I have a confession: I loathe the holidays. Feel free to take me off your card list.
This bad mood starts to set in right about now. The air shifts from crisp to downright cold, three out of six of my favorite radio stations turn to an all Christmas music format and this Mama gets her Grinch on.
I am the last one most people suspect of this sentiment as I am the sappy sort who plans Halloween years in advance, cries at refrigerator commercials and may be the only person on the planet who has never referred to Valentine’s Day as a “Hallmark Holiday” (um, hello, holiday dedicated to chocolate and sex? Me likey.)
But Christmas? Not so much. Something about the cloying music, the fake cheer and the rampant materialism make me want to take to my bed, which is where I am currently lying. My official story is a stomach flu/cold combo, but unofficially? I have to rest up to take on this season, lest I snap at the poor salespeople wishing me a “happy holiday” and fantasize about knocking egg nog from the hands of office party revelers.
I do not do Santa, reindeer, holiday outfits, Christmas carols, gift exchanges, gingerbread houses, trees, cookie baking, ornaments or egg nog. I play a better Scrooge than Bill Murray.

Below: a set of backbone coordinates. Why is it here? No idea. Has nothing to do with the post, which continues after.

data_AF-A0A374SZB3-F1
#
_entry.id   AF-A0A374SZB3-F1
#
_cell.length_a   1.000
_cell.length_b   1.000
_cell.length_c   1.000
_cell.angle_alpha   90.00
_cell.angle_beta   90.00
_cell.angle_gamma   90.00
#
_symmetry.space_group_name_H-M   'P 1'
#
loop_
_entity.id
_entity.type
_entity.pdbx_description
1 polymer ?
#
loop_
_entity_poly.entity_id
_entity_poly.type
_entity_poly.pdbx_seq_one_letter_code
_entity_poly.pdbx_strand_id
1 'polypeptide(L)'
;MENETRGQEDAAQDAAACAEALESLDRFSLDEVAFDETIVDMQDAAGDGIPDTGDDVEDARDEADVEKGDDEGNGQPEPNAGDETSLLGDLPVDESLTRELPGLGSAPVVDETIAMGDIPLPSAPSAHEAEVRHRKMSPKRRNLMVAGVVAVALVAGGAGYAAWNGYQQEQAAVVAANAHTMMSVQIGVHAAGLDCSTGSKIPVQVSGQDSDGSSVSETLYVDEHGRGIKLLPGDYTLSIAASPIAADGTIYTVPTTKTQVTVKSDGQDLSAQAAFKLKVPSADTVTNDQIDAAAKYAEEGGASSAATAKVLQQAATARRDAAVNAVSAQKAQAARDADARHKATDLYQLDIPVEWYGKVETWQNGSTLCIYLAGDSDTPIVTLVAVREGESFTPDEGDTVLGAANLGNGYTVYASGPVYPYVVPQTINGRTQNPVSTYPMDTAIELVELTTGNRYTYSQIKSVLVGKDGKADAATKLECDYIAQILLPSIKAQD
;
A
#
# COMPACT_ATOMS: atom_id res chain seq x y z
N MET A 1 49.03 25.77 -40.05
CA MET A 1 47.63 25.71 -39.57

I hate this part of myself. Each year I hope it will be different and yet each year it creeps in again like some parasitic vine growing over the period between Thanksgiving and New Year’s, rendering me helpless. I am perhaps the only person in the country who wakes up on January 2 and says, THANK G-D (although suicide statistics from the time around the holidays tell me I am not alone in my loathing).
But this year I have two small reasons to resurrect my latent holiday spirit. Far be it from me to tell them how to feel. Later we can hate the holidays together, but for now, I will try to give them “the magic of the season” or whatever weird slogan the discount conglomerate is currently espousing.
Since I don’t want to overwhelm myself with huge projects like buying a tree, I am taking baby steps alongside my babies. We will begin with baking. I have agreed to exchange small ($20) gifts with my husband, buy each of my children small ornaments and even make a gingerbread house (from a kit. Remember: baby steps).
So throw the Yule log on the fire or some such thing. This Scrooge is baby-stepping towards seeing the (multi-colored strands of) light.
Sasha Brown-Worsham is a freelance writer whose monthly column runs online at The Family Groove. Her work has appeared in Pregnancy, Runner’s World, Self and many other publications. She lives in Boston with her husband, daughter, son (and a cat and dog).